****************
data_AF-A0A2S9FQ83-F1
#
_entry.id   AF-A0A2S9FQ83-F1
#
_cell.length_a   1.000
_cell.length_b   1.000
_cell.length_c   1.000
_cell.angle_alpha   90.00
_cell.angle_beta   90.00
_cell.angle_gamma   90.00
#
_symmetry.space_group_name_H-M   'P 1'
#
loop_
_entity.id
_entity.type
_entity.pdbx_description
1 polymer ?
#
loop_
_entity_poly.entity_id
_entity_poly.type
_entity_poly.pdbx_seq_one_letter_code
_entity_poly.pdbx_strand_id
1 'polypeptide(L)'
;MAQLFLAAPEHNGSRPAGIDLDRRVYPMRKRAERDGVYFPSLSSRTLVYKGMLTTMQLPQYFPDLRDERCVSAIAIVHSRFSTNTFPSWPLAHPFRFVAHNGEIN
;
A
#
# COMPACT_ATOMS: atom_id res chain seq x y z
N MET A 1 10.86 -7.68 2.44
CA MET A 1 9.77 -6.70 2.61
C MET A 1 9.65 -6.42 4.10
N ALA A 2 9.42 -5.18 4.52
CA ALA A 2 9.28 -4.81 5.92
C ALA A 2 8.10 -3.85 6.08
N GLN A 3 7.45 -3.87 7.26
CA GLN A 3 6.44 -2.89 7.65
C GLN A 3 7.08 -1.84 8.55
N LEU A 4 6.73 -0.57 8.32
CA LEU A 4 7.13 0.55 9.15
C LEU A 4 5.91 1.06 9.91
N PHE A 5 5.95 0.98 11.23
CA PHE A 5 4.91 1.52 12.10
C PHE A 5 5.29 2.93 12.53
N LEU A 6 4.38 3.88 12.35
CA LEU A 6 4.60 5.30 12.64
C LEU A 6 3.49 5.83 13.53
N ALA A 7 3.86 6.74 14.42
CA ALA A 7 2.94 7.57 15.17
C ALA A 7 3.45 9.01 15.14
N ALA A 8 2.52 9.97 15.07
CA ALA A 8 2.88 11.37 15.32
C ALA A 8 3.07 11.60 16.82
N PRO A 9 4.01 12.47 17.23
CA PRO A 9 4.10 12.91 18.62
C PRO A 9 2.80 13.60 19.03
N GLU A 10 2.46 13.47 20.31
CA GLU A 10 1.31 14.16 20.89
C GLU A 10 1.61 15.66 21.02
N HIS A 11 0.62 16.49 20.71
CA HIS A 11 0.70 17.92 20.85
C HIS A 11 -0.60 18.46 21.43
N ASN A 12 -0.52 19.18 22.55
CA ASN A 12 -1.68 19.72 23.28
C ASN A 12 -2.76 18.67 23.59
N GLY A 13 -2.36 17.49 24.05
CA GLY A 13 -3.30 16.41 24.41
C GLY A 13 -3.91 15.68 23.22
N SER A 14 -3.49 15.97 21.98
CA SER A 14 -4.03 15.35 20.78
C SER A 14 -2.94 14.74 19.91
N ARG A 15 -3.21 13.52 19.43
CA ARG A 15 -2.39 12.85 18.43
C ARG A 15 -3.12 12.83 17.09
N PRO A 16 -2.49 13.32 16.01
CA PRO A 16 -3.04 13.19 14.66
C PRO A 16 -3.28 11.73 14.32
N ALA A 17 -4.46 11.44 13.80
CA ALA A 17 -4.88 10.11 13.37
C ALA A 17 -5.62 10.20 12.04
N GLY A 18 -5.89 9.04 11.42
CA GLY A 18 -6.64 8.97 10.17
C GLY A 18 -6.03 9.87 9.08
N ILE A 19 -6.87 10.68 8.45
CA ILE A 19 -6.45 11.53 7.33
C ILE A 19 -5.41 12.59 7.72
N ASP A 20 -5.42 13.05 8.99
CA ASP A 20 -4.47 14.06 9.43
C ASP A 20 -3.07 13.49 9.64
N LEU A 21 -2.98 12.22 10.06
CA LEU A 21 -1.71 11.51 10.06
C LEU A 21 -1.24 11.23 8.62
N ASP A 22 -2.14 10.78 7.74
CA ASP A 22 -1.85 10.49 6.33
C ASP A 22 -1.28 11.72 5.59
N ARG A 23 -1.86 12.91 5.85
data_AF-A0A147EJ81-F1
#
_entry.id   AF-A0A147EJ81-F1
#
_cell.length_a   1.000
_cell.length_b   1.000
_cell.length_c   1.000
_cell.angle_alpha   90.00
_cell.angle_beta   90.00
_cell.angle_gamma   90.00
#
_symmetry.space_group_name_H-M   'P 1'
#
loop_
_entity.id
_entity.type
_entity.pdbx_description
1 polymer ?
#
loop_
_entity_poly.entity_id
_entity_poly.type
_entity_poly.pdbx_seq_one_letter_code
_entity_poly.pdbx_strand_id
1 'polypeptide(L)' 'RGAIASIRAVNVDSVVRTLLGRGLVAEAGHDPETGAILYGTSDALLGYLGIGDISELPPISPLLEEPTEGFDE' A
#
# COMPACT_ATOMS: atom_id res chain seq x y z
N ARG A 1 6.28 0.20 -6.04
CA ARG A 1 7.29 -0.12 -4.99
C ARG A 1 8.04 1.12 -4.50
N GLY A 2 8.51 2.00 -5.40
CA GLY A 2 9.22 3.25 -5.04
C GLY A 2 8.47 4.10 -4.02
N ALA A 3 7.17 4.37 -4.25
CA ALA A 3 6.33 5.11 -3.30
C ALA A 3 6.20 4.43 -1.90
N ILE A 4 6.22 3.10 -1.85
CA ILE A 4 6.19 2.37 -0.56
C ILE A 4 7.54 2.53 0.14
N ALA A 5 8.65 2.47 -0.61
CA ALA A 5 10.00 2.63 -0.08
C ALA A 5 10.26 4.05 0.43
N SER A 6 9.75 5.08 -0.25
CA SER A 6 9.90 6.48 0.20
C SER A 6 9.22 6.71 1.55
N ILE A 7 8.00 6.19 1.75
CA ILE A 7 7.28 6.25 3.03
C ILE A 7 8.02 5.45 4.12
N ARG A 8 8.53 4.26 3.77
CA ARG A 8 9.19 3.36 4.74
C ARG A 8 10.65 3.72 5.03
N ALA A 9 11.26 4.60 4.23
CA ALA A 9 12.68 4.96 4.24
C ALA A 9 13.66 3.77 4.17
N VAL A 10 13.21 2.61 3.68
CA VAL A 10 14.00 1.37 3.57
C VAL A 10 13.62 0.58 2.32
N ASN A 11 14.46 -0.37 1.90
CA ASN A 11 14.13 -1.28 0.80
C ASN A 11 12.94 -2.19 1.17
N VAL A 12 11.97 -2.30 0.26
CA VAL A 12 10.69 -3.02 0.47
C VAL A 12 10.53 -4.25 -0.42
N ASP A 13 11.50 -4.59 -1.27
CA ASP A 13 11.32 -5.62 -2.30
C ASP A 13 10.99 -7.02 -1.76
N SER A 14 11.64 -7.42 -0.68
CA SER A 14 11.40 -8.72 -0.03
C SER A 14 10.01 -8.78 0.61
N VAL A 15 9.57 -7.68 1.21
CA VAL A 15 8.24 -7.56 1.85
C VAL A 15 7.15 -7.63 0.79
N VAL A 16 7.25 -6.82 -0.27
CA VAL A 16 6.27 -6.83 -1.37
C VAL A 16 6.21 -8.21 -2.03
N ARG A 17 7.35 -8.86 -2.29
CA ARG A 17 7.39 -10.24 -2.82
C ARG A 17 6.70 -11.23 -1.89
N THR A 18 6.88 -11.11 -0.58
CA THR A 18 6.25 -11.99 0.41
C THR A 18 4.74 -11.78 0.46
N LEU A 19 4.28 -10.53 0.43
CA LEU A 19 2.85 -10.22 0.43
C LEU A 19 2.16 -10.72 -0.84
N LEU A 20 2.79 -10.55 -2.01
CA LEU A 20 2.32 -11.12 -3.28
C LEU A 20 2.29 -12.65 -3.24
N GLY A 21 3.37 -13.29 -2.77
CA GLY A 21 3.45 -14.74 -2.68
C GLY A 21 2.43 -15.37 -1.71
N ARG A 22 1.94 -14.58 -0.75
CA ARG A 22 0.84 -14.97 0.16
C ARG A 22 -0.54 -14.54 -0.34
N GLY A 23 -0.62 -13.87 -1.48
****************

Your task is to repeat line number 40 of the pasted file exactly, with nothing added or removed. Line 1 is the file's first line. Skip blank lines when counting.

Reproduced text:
N LEU A 4 6.73 -0.57 8.32